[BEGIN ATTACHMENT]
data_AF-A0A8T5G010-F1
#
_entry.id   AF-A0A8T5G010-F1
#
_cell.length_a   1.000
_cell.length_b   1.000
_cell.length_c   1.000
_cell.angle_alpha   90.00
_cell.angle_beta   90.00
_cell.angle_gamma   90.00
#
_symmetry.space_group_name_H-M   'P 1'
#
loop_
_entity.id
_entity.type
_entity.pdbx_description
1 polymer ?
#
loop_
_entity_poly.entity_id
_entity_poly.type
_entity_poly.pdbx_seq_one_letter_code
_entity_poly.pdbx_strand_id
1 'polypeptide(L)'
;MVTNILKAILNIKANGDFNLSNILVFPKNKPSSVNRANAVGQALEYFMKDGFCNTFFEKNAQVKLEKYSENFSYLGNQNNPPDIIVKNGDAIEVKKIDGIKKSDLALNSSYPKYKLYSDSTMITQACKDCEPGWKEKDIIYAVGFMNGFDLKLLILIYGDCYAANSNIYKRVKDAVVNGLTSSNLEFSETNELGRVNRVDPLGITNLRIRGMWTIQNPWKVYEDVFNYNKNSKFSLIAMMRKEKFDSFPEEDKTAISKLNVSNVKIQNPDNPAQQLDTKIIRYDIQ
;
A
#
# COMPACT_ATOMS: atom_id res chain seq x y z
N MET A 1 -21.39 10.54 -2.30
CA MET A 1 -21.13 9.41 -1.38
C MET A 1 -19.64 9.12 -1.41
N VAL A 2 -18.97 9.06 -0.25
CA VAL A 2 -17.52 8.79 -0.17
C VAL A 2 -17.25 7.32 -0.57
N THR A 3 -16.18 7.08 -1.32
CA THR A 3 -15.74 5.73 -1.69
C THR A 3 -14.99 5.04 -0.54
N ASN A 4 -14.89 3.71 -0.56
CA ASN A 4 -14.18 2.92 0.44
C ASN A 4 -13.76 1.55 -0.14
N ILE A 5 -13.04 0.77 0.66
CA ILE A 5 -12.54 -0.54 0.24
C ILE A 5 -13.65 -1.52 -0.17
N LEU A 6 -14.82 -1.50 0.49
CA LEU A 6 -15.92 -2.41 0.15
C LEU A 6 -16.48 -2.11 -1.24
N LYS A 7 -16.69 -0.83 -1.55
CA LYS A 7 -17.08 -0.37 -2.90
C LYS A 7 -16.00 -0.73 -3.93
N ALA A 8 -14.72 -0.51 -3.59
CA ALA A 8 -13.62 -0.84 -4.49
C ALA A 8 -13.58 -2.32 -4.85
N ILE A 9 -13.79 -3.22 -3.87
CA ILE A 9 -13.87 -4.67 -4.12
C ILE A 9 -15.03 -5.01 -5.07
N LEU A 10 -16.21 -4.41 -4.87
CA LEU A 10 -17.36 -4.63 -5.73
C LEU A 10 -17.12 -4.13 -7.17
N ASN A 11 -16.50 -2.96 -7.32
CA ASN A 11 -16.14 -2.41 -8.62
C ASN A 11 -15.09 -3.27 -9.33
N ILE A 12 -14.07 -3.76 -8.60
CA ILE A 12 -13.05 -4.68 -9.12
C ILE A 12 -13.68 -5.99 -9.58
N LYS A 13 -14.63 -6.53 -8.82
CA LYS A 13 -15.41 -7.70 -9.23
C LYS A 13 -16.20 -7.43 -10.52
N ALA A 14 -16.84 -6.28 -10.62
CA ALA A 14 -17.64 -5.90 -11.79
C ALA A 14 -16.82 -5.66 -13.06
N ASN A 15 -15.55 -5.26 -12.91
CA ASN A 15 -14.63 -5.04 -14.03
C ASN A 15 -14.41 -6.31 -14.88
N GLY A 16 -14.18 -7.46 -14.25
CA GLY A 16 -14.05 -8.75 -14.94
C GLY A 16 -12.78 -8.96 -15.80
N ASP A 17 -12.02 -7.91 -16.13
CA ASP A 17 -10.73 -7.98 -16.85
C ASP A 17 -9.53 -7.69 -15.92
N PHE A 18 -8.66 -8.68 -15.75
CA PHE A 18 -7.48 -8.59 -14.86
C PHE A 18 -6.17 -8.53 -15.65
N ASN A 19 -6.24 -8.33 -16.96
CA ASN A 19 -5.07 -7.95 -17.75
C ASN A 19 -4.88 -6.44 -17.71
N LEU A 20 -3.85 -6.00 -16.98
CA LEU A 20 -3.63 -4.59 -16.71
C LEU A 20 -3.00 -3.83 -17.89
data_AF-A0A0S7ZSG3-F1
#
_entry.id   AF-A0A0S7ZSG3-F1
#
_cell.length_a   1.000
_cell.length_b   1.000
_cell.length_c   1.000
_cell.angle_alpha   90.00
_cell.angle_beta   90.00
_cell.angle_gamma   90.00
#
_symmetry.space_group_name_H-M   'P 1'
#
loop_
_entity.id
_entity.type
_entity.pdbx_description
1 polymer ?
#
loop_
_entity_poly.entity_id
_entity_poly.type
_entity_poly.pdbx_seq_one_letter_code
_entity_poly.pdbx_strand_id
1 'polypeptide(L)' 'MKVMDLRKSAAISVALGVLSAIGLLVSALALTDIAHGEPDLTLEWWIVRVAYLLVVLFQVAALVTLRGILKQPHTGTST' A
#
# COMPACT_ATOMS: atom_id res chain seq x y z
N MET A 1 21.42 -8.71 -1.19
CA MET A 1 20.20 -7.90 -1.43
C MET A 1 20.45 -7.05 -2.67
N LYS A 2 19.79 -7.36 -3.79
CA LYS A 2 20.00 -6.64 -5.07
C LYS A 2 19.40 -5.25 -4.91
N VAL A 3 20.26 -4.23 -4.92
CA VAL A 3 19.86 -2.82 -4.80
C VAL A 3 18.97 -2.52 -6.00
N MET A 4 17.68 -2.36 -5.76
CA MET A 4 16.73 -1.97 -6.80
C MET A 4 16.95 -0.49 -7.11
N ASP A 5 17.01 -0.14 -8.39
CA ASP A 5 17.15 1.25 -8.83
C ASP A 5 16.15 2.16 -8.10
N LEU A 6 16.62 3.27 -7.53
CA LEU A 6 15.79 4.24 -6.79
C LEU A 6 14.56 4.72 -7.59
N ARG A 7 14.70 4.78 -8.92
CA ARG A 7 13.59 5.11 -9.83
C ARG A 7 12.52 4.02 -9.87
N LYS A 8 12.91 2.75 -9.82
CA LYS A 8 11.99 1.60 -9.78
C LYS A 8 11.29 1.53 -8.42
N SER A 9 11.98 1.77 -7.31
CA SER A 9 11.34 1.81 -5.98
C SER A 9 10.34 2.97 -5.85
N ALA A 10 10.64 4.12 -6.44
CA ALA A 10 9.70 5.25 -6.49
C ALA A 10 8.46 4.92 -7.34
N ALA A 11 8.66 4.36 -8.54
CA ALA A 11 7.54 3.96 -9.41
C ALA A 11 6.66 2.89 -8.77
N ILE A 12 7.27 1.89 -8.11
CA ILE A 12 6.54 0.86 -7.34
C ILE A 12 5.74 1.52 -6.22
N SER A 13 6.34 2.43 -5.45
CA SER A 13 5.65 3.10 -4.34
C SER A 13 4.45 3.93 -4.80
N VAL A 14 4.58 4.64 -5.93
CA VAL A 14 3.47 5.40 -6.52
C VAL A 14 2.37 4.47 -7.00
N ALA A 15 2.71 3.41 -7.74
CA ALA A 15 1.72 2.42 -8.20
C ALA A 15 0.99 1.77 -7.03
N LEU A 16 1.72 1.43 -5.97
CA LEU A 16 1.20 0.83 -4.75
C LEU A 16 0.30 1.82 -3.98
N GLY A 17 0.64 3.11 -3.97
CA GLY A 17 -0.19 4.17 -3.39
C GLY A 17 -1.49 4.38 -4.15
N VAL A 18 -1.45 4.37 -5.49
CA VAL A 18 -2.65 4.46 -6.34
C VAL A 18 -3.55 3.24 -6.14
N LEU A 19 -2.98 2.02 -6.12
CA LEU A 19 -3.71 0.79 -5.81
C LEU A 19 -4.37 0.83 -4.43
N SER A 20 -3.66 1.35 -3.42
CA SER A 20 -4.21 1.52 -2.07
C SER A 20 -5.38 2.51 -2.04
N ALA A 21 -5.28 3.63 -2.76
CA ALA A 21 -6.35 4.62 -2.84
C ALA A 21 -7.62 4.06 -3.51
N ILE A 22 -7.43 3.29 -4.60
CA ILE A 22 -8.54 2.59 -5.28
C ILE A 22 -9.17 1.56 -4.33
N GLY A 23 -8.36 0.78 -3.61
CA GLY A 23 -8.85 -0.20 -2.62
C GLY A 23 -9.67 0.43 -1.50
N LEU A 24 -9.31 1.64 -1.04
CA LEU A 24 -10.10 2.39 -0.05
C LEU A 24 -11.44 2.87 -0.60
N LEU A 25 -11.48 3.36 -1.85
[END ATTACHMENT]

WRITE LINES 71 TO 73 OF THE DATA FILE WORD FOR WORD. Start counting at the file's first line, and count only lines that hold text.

CA ALA A 14 -17.64 -5.90 -11.79
C ALA A 14 -16.82 -5.66 -13.06
N ASN A 15 -15.55 -5.26 -12.91